Friday, February 5, 1999
ConsCom to ask planning board to reconsider Treibick decision
Theodore Treibick's development plans for his East Street property are apparently caught in a potential conflict between the responsibilities of two equally diligent town boards. On January 28, the Carlisle Conservation Commission voted to ask the planning board to consider a more favorable stance toward the developer's most recent proposal for a common drive that would follow and extend an existing roadway through the Schneebaum property.
The board action followed a presentation by Treibick's environmental engineer David Crossman, in which he showed drawings illustrating a planning board request that the entrance from East Street be relocated and widened to 50 feet, with the gradient substantially reduced. Commissioner Tricia Smith summarized the sentiment of her colleagues when she stated her preference for the existing driveway. "I find it hard to understand why the planning board is so concerned," she said. "As far as I can see, the sight distances [at the existing entrance] are great." She further observed that there are wetlands on both sides of the drive, which would be more seriously disturbed, if the planning board's suggested changes are made.
Commissioner Christine Bopardikar asked if Dr. Schneebaum's driveway had been subject to flooding during periods of heavy rainfall. "Not that anyone is aware of," was Crossman's reply.
There was some discussion about a small stream that flows from the Saint Irene Church site and into a depression on the other side of the road. Treibick noted that he had talked to Robert Koning about it and that the fire chief had said his department draws water from it "except when it's dried up" indicating that it is an "intermittent" stream and not subject to special protection.
Smith moved, and the commissioners unanimously voted to inform the planning board that "the conservation commission strongly prefers not altering the location of the Schneebaum driveway in the interest of the Massachusetts Wetland Protection Act." A letter to that effect will be dispatched, and representatives from the commission volunteered to attend the board's February 8 meeting to explain the wetland implications of the proposed roadway alterations.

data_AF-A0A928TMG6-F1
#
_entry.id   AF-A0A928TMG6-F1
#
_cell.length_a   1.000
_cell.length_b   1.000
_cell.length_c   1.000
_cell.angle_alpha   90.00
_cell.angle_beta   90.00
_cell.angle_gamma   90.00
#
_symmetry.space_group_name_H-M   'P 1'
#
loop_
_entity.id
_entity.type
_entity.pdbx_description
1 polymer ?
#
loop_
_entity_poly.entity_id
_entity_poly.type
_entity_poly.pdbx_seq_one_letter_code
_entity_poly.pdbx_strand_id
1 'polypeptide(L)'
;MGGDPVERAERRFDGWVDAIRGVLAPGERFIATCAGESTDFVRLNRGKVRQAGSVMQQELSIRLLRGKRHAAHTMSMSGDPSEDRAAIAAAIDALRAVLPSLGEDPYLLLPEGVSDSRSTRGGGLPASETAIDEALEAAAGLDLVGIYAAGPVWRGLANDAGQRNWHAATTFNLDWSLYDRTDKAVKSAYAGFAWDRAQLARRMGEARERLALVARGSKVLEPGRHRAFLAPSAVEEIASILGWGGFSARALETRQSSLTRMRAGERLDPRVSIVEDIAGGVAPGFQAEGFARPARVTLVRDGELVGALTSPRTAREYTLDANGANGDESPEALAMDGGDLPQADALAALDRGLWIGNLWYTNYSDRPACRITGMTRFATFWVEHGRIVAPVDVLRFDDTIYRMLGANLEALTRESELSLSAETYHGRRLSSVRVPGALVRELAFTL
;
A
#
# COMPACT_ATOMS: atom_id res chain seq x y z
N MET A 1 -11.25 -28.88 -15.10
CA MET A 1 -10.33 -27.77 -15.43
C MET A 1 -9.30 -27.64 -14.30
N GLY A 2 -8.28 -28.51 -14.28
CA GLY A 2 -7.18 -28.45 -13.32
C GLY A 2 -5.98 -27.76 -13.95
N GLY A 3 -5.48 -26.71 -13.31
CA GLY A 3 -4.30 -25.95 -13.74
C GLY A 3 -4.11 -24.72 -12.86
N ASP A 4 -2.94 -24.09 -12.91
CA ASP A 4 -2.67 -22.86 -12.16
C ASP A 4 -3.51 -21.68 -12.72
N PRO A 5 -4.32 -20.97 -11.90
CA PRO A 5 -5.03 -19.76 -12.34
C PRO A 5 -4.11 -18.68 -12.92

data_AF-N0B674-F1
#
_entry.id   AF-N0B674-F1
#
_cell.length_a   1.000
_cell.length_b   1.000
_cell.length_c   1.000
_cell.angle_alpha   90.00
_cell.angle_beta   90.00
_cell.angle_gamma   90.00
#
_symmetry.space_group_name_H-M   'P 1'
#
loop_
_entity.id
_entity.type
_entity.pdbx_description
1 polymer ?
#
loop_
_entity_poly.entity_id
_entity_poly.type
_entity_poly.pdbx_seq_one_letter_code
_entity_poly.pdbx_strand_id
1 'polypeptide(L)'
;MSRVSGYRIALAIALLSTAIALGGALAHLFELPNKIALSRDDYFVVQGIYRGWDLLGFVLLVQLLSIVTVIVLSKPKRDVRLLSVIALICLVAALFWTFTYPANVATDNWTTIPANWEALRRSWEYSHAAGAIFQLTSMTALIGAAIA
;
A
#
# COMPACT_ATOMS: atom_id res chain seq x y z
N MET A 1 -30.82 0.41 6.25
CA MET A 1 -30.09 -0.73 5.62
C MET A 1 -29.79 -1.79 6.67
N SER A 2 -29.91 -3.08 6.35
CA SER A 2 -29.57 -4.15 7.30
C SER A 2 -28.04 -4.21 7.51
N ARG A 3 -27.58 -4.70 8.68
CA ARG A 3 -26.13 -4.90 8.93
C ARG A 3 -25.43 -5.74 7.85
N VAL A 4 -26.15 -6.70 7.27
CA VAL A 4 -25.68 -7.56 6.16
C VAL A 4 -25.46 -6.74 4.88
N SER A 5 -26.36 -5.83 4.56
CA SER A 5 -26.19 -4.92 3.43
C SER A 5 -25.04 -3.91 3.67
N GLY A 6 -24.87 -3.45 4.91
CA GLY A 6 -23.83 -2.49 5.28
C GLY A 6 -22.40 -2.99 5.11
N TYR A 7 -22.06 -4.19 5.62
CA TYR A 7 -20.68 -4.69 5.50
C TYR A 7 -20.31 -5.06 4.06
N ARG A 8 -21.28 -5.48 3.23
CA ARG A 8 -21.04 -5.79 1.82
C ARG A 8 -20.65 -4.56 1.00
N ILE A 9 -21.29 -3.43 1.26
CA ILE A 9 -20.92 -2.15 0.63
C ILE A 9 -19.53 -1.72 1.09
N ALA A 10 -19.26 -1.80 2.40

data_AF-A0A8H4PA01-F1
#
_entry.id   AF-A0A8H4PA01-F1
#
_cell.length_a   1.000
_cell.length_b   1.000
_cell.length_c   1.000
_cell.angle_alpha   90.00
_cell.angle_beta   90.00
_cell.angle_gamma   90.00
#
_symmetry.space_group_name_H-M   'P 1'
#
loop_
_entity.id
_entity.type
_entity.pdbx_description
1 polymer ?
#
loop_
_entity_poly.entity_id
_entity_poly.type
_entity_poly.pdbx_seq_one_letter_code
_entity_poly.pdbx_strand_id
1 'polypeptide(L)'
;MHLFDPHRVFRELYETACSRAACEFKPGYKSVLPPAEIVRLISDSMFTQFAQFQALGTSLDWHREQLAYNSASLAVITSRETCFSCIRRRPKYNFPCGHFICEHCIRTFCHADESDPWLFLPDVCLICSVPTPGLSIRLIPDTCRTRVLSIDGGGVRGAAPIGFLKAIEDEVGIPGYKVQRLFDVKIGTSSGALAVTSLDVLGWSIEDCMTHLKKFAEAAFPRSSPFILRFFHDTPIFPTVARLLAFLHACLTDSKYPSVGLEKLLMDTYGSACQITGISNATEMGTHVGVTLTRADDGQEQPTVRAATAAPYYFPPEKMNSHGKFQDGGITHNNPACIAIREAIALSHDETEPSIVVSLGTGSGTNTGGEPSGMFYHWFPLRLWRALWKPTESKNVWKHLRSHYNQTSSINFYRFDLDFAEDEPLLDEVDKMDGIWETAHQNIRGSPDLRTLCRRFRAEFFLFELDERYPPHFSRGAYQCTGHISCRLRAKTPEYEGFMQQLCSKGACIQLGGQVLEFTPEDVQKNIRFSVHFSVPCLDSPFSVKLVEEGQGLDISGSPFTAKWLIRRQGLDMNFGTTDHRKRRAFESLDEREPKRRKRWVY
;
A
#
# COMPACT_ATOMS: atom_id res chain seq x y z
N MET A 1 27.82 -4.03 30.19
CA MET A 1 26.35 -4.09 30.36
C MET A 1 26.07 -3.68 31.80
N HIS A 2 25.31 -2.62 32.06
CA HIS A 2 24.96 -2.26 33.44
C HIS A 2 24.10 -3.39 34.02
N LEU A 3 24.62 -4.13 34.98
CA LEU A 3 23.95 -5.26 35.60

The Treibick application, which proposes that the common drive serve two existing houses and three new lots in the area between East Street and Bedford Road, comprises the developer's latest proposal before the planning board. His first application was turned down by that board in 1995, resulting in ongoing litigation, which he has implied might be dropped if the revised plan is accepted.
The sixth lot approved
In the meantime, ConsCom proceeded with consideration of a sixth lot in the same complex that calls for a separate driveway. That construction will require 3,600 square feet of wetland fill and 4,680 square feet of wetland replication. Crossman presented detailed plans for the replication area, as previously requested by ConsCom. Smith, the commission's champion of complete engineering specifications, gave Crossman rare kudos. "This is one of the better replication area plans I've seen. It makes me comfortable that this one can work," she declared.
Treibick informed the board that he hopes, once overall planning board approval has been obtained, that he can swap acreage for an easement from a neighbor that would permit the separate driveway to be located further from the wetland. Apparently satisfied that all paperwork required by the state in cases of wetland alteration had been submitted, the commissioners closed the public hearing and issued a standard order of conditions for Lot 6.
Another approval and order of conditions was issued to Sally Pestalozzi of Autumn Lane. Maps indicated that there is only one possible location on her lot that can serve as a renewal area for a failed septic system.
Turning to maintenance considerations, conservation administrator Katrina Proctor indicated a possible need to issue a new "request for proposal" on a long-term contract for upkeep of Towle Field. She observed that Jack O'Connor, who cleared the field this fall, would be willing to undertake the job and that he considers this a good time of year to perform some necessary tree work. At the same time, she reported an offer to help out on a volunteer basis from another farmer. Commissioner John Lee thereupon suggested a "conservation work day" and offered the use of his chipper to further the cause. However, no final decisions were made.
© 1999 The Carlisle Mosquito